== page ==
When malcontents from a utopian 21st century use their time gate to transform Hitler into an invincible conqueror, a band of freedom-fighting Americans launches the Proteus project and builds a second time gate.
©1985 James P. Hogan (P)2012 Audible, Inc.
This review will be brief and to the point, Audible listener.
Time travel novels are tricky, to say the very least.
As an author, you'll be tempted to over-create a plausible detailed science behind the concept of your story, and that can kill any hope of a great novel. Often, you'll dive far too deeply into HOW time paradoxes work, and the twisted aftershocks that change the future, causing your readers to quickly use your novel for kindling. Sometimes, you'll want to spit out a gargantuan litany of historical facts and figures, subsequently drown your audience in minutia, which makes for an utter snoozefest, and your book winds up in the 70% off bargain bin.
None of that happens here.
Buckle in. This is what time travel should be. Plots, Fixing the time paradox back to right. Action. Good, old fashioned Indiana Jones style storytelling! And this isn't dramatic imagineering of a future world, as much as a detailed reflection of the PAST, which is always refreshing, when done with expertise and solid period creation.
And it works. The storyline is deep and thought-provoking. The characters, both good and evil, and enjoyable. And the narrator did a good job as well.
This all comes together for an excellent listen in the time travel genre. To think that I almost didn't get this one, just because of the horrific artwork on the cover of this Audible offering. It really could and should, be much better.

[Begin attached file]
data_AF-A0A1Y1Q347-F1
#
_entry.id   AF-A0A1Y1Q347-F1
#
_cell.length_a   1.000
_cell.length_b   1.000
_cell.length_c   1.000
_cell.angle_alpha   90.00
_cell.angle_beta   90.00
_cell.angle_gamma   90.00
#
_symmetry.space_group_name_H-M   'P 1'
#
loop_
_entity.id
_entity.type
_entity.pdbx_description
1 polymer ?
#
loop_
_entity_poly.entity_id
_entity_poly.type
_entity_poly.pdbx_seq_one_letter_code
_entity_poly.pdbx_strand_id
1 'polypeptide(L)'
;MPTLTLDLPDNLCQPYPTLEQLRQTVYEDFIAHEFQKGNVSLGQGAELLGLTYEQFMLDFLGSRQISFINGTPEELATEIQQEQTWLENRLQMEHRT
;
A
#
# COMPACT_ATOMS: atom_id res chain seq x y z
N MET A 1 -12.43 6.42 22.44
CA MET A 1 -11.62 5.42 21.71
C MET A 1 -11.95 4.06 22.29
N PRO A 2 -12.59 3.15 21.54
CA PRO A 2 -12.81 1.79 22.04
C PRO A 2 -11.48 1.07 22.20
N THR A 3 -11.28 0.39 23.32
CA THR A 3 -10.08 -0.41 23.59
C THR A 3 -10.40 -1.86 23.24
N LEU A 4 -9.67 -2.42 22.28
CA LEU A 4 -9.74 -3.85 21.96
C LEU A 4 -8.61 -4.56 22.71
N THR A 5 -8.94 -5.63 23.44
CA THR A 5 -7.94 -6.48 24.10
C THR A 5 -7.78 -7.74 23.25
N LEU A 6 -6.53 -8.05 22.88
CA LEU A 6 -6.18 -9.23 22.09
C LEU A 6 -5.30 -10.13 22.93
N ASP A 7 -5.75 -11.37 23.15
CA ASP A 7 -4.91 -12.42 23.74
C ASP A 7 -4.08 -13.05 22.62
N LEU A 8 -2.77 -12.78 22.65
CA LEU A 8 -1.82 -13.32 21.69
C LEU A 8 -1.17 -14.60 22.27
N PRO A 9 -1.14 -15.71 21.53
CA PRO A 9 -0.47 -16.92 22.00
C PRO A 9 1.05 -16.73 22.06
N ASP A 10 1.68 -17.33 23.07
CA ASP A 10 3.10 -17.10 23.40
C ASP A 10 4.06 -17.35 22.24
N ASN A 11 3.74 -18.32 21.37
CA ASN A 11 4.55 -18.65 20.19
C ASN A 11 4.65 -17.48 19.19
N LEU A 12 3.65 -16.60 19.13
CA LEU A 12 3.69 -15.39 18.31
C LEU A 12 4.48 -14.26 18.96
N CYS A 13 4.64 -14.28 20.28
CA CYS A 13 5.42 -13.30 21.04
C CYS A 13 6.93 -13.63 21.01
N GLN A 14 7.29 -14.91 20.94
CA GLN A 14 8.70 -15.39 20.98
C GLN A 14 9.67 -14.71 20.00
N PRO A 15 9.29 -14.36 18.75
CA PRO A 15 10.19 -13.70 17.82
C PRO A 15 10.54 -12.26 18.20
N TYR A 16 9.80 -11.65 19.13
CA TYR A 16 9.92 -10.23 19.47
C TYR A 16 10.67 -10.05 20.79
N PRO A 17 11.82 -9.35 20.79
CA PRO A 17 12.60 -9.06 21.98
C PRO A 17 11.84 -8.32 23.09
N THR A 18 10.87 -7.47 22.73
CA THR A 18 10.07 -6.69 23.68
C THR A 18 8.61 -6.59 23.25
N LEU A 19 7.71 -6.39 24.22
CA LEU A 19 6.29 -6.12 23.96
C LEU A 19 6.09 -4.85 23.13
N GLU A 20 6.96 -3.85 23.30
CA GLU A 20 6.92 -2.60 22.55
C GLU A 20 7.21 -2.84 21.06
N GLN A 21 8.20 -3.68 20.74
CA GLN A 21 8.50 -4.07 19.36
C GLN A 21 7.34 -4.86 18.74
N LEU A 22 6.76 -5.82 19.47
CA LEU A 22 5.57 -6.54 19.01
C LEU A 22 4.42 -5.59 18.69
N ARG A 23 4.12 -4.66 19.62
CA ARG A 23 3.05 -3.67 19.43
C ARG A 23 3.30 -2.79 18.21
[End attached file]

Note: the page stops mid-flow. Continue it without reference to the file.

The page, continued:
Don't pass on this one. It's a keeper.
I like the idea, and I like elements of the story, but it is so poorly written that I had trouble with it. Especially after having just come from To Say Nothing of the Dog, which is so well written.
And the narrator doesn't do well, mispronouncing words, altering his pronunciation of the same word later; not doing voices well at all, not even trying to give Churchill a distinct voice and yet oddly enough trying to do it for Einstein.
Aside from that, I didn't believe in the world at all. & here's why. If you compare To Say Nothing wherein the research into the period is so well done but also the characters are living in that world...But in this one, there are times when the description feels like, "oh, yeah, I need to describe that time period, so let me list elements in this picture I'm looking at". The characters don't really interact with the environment in a way that makes you believe in it.
I really was hoping it would be good with the SF & Time Travel & WWII. Though I did like the multiple worlds/quantum physics aspect very much, but just can't recommend it; not when there is a superior Time Travel with the Willis To Say Nothing....
I do think it would make an interesting film or mini series with good recreations of the time period etc. And there are a couple of ideas near the end which almost redeem it. With revision and a better narrator it could be good.
I'm being a little hard on it, and I admit that it suffered mightily due to listening right after To Say Nothing which had pitch perfect narration also. Basically Willis does everything right, and Hogan misses on so many points.
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